Bending to intense international pressure, Syria’s government and the Western-backed opposition agreed Friday to face each other for the first time since the start of the uprising against President Bashar Assad.
After three days of hostile rhetoric and five hours spent assiduously avoiding contact within the United Nations, the two sides will meet “in the same room,” said the U.N. mediator trying to forge an end to the civil war that has left 130,000 people dead since 2011.
Mediator Lakhdar Brahimi met separately with Assad’s delegation and representatives with the Syrian National Coalition, who arrived at the U.N. European headquarters five hours apart to ensure their paths would not cross.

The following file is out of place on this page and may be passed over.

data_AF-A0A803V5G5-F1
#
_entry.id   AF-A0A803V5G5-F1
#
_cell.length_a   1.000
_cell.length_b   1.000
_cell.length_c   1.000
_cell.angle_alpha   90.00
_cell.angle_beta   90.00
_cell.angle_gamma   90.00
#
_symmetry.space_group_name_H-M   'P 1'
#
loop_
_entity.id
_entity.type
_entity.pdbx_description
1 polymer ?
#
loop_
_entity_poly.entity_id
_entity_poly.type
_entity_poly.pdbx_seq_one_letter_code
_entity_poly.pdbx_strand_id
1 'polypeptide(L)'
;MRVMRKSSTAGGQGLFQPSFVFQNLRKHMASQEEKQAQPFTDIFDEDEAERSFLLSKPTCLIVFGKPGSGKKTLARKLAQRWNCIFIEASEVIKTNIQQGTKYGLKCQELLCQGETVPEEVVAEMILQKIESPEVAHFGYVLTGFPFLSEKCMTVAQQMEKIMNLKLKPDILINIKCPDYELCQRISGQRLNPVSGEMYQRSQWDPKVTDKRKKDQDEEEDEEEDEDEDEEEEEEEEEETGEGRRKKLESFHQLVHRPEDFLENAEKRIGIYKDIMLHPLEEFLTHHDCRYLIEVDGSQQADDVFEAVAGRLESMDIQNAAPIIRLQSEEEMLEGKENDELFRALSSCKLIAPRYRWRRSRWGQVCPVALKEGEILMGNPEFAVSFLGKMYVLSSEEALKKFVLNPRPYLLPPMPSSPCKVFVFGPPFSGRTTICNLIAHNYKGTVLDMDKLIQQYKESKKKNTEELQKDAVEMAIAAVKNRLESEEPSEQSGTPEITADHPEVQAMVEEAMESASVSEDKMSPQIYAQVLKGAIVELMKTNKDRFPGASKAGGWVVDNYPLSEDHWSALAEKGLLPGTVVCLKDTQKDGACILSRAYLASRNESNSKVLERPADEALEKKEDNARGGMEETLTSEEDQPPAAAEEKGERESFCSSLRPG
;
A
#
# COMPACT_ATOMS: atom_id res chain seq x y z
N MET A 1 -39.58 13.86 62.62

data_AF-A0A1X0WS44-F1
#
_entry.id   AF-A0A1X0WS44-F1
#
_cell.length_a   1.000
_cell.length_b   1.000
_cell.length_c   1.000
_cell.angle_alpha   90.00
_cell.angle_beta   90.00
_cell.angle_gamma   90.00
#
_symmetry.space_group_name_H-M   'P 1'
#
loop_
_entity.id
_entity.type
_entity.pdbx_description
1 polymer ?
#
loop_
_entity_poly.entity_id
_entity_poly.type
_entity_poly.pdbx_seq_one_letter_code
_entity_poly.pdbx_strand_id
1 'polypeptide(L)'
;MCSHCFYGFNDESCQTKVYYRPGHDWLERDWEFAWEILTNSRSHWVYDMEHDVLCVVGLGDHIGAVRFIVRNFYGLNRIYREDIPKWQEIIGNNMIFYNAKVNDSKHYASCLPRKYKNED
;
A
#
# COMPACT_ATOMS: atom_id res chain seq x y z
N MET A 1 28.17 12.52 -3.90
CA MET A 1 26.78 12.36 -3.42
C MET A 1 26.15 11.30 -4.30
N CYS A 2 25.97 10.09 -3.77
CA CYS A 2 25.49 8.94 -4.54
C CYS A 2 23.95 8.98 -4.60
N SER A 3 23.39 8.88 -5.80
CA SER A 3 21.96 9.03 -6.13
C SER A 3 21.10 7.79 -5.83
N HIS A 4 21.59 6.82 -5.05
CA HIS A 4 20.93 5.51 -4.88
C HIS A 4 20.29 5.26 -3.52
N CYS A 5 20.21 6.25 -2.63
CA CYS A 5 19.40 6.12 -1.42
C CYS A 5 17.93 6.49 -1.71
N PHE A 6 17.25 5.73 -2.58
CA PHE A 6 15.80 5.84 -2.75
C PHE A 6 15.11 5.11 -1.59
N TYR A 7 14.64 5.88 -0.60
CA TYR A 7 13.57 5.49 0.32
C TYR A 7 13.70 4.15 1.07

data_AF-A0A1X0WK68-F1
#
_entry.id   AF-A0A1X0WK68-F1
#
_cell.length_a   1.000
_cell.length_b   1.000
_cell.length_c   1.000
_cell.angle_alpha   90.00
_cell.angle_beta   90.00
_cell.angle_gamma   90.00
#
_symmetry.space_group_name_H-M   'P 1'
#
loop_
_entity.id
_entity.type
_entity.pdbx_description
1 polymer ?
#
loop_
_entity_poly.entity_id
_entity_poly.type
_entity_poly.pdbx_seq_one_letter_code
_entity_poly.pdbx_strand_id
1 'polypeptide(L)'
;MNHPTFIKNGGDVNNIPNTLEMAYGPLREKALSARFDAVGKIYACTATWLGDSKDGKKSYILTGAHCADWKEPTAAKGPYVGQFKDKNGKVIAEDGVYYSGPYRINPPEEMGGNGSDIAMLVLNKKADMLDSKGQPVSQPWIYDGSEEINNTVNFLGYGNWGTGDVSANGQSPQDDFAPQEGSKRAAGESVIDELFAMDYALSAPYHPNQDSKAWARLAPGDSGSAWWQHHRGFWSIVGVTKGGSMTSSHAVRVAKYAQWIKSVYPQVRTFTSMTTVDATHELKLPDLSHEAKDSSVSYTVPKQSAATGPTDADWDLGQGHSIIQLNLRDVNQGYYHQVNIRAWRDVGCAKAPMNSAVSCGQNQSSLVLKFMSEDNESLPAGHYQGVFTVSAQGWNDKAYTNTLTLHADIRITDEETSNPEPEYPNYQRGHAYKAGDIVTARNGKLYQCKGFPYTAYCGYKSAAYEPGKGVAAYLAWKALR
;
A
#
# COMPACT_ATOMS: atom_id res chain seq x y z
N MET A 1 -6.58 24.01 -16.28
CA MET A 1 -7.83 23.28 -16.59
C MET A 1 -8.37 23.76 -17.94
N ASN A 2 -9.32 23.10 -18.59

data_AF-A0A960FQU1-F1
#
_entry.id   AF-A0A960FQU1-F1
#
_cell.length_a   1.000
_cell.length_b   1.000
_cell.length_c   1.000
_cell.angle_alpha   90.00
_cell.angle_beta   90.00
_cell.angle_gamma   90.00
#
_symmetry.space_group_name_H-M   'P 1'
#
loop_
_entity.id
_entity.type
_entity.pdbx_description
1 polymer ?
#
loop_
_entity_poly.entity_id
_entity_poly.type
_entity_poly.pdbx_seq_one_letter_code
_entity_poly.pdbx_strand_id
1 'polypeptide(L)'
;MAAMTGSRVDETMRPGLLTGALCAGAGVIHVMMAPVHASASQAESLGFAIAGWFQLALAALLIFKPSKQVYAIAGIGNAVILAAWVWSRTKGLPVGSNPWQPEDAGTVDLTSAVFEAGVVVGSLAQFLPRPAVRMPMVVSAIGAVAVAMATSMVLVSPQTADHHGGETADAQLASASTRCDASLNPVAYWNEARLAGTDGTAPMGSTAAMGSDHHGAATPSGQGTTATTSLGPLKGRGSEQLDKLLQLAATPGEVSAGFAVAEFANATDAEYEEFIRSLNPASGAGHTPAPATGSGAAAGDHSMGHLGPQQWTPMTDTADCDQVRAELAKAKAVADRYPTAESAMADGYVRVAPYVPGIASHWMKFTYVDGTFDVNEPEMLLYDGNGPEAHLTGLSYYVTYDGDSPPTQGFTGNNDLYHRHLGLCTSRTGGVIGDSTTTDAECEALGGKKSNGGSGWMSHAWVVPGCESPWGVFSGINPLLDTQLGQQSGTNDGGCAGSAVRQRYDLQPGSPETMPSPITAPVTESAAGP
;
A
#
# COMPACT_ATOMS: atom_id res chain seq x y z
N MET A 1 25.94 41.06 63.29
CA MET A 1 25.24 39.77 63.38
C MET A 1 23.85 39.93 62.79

“We never expected it to be easy, and I’m sure it’s not going to be, but I think the two parties understand what’s at stake,” Brahimi said. “Their country is in very, very bad shape.”
Brahimi, a famously patient mediator, is credited with efforts to stabilize Iraq and Afghanistan after the U.S. ousted their governments. He faces a formidable task to build peace in Syria, which has been flooded with al-Qaida-inspired militants. The conflict has become a proxy war between regional powers Iran and Saudi Arabia.
Syria’s government has made military gains and has capitalized on the influx of foreign militants, while the coalition nearly collapsed as it wavered on whether to attend. After Brahimi spoke, a member of the group said it still wasn’t clear what would happen today.